Project visit South Africa: Protecting endangered wildlife in Zululand
In this review Daniel shares his impressions of his visit to our volunteer project in South African Zululand which is dedicated to protecting endangered wildlife.
Wide savannah landscapes, softly curved hills, little river bends, and a variety of wildlife – the South African Zululand, district in the province Kwazulu Natal, has a lot to offer. Its flora and fauna is what Daniel also wanted to experience – in 2015 he made his way to South Africa to visit our species conservation project that is dedicated to the protection and research of endangered animals.
Daniel’s journey started at Frankfurt airport and eventually led him, after a stop in Johannesburg, to Richards Bay. He was already expected by a member of the staff who brought him and other project participants to the first camp. “The arrival was very uncomplicated, especially because everything was well organized from the arrival in Richards Bay onwards.
However, in retrospect, my flight was quite special: I got to meet our later Professional Field Guide participant Anna-Katharina on the plane. Our paths have been crossing ever since.” After arriving in the camp, Daniel and the other participants got an introduction into the tasks and aims of the project, important notes on safety in the bush as well as an overview of the daily routine.
All five project camps, of which Daniel got to visit four during his time in South Africa, are in different locations in or near Zululand and consist of several small buildings. The participants sleep in a double room and share a larger bathroom. Volunteers take turns with preparing meals in the camp’s kitchen that are eaten together in the shared area. In the evening you can gather around the campfire and review your day under the unique night sky of South Africa.
In order to get insights into the structure and the functioning of an ecosystem and to recognise changes, the project is first of all dedicated to the monitoring of endangered wild animals. You track, monitor, and observe e.g. lions, rhinos, and elephants, although the focus lies on wild dogs. Sometimes relocations of animals have to be carried out. “All in all, this is a very interesting field of activity. Monitoring gives important insights in the estimation of animal populations which is indispensable for useful wildlife management and conservation”, remarks Daniel.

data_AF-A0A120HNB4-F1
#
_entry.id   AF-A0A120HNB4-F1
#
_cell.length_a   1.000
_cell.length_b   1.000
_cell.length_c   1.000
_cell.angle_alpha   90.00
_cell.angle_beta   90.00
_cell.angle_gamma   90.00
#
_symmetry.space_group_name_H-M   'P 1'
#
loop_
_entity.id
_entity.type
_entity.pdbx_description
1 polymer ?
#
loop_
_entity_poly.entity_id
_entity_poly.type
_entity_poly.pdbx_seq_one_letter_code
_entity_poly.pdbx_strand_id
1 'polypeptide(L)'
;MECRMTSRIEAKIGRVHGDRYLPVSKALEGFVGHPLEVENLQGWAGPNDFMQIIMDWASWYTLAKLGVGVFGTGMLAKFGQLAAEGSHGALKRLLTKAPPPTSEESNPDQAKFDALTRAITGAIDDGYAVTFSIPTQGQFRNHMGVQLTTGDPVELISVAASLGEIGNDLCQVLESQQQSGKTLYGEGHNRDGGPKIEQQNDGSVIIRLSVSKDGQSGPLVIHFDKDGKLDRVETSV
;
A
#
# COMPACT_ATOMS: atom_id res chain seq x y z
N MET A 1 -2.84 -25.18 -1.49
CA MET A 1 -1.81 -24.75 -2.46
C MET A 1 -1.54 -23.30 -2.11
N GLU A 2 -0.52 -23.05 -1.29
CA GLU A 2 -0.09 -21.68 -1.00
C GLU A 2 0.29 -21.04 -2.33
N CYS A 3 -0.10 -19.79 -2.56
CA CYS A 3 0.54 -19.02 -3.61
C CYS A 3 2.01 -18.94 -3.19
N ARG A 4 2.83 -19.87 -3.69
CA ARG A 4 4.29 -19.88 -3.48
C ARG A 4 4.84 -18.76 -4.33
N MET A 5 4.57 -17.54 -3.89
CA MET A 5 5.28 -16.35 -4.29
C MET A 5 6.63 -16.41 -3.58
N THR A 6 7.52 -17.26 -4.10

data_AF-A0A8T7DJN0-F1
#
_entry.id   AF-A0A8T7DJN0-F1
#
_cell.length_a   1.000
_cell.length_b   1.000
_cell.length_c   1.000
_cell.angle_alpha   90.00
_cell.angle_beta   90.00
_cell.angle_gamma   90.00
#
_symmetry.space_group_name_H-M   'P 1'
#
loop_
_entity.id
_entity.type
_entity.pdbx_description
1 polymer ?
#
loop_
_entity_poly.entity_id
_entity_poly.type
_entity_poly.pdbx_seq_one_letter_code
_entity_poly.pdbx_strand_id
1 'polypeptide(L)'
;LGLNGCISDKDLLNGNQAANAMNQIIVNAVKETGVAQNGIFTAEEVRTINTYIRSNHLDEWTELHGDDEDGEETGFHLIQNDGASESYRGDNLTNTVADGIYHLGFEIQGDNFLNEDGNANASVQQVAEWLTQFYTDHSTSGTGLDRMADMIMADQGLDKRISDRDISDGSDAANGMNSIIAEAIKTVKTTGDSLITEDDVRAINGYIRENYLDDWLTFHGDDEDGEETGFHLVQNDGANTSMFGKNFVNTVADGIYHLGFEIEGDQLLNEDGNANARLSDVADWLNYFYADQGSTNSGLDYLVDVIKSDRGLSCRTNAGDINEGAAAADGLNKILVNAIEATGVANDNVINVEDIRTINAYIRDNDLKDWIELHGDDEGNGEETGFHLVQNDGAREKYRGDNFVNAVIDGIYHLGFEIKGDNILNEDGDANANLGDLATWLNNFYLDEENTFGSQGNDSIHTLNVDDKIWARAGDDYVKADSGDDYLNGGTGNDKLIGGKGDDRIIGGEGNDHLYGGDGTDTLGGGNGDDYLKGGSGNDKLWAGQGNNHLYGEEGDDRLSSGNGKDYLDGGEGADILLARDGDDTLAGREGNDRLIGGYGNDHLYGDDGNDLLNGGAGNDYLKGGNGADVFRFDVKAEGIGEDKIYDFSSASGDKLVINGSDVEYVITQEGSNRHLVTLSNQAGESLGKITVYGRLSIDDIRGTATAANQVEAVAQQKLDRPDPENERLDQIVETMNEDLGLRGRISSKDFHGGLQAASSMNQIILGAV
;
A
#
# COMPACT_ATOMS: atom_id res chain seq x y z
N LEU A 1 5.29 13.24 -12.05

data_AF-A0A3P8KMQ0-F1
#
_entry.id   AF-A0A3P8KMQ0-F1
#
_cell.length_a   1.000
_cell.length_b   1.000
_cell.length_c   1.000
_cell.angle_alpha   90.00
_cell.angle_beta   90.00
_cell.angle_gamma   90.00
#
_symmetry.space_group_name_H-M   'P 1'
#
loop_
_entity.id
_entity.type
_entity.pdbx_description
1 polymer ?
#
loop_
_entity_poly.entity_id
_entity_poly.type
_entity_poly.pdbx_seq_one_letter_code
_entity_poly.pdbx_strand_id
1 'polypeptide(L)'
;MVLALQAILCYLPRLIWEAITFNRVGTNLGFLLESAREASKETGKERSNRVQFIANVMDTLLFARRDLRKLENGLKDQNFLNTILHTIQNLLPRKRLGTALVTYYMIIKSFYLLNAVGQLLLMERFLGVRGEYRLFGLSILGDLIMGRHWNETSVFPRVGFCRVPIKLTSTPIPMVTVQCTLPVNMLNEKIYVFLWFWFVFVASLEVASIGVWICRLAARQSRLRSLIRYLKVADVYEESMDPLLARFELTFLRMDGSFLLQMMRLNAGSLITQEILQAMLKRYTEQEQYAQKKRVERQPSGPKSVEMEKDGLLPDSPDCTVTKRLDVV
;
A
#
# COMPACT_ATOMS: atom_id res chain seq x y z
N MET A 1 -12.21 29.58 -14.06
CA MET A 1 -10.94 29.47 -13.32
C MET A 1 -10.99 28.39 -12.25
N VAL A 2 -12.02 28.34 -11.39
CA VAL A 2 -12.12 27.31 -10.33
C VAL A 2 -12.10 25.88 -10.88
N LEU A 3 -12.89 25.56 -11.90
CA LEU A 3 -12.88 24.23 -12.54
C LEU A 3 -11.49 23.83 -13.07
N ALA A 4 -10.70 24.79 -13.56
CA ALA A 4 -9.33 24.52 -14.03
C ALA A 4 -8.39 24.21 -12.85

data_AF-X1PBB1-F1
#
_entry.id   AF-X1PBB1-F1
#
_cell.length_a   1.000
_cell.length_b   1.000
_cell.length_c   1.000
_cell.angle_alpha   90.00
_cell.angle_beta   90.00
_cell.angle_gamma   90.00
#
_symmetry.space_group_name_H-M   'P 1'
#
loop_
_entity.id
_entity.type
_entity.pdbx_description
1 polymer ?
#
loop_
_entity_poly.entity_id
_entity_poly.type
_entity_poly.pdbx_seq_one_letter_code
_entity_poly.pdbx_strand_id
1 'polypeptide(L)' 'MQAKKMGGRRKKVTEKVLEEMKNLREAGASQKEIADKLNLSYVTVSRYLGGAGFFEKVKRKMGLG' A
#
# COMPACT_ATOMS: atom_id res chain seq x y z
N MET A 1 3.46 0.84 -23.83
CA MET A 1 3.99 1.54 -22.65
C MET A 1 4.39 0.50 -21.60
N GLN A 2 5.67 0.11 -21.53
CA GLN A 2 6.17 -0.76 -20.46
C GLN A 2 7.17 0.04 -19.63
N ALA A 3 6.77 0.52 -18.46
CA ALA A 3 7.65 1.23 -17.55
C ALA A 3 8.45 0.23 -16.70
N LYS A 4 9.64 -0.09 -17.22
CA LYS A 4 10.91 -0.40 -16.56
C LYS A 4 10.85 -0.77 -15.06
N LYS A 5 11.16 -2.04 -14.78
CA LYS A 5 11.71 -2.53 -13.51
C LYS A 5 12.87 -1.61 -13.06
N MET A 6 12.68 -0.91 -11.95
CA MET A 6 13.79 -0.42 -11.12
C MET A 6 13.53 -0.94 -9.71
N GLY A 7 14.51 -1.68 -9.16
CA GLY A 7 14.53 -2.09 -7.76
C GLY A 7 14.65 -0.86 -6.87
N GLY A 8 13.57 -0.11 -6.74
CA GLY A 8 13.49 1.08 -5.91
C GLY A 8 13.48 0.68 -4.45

This already starts before sunrise: The participants take the rear seats of a pick-up truck and set off in the wilderness together with an experienced guide. This guide functions as a so-called wildlife monitor and shows them how to locate different species with the help of telemetric devices, how attentive wildlife observation looks like, and how professional data recording works. “The group spends at least one day a week analysing and evaluating the recorded data – this is how you can develop strategies for an appropriate, location-specific wildlife management.” Around noon the team returns to the camp to have lunch together and get a little rest. A second drive starts early afternoon when the whole group sets off for more monitoring activities. The day ends with a shared dinner and a cosy gathering around the campfire.
After every two weeks, you switch camp and reserve so that you have the chance to get to know each region’s flora and fauna.
Daniel’s conclusion sounds promising: “The project is really great and does incredible work. As a participant you not only acquire valuable knowledge about species conservation but you also might see various animals. Endangered species like wild dogs, lions, rhinos, but also zebras, giraffes, and impalas – during my visit I had a lot of impressive animal encounters. What should be considered, however: in the bush, every day is different! While you have countless wildlife sightings on one day, you might not see a single animal the other day.
Furthermore, everyone who is interested should be aware that by participating in this project you cannot expect a romantic safari but rather important work with serious tasks – all of this while you are surrounded by Africa's wild nature. On the other hand you get incredible landscapes, impressive species diversity, and an authentic insight into sustainable species conservation.”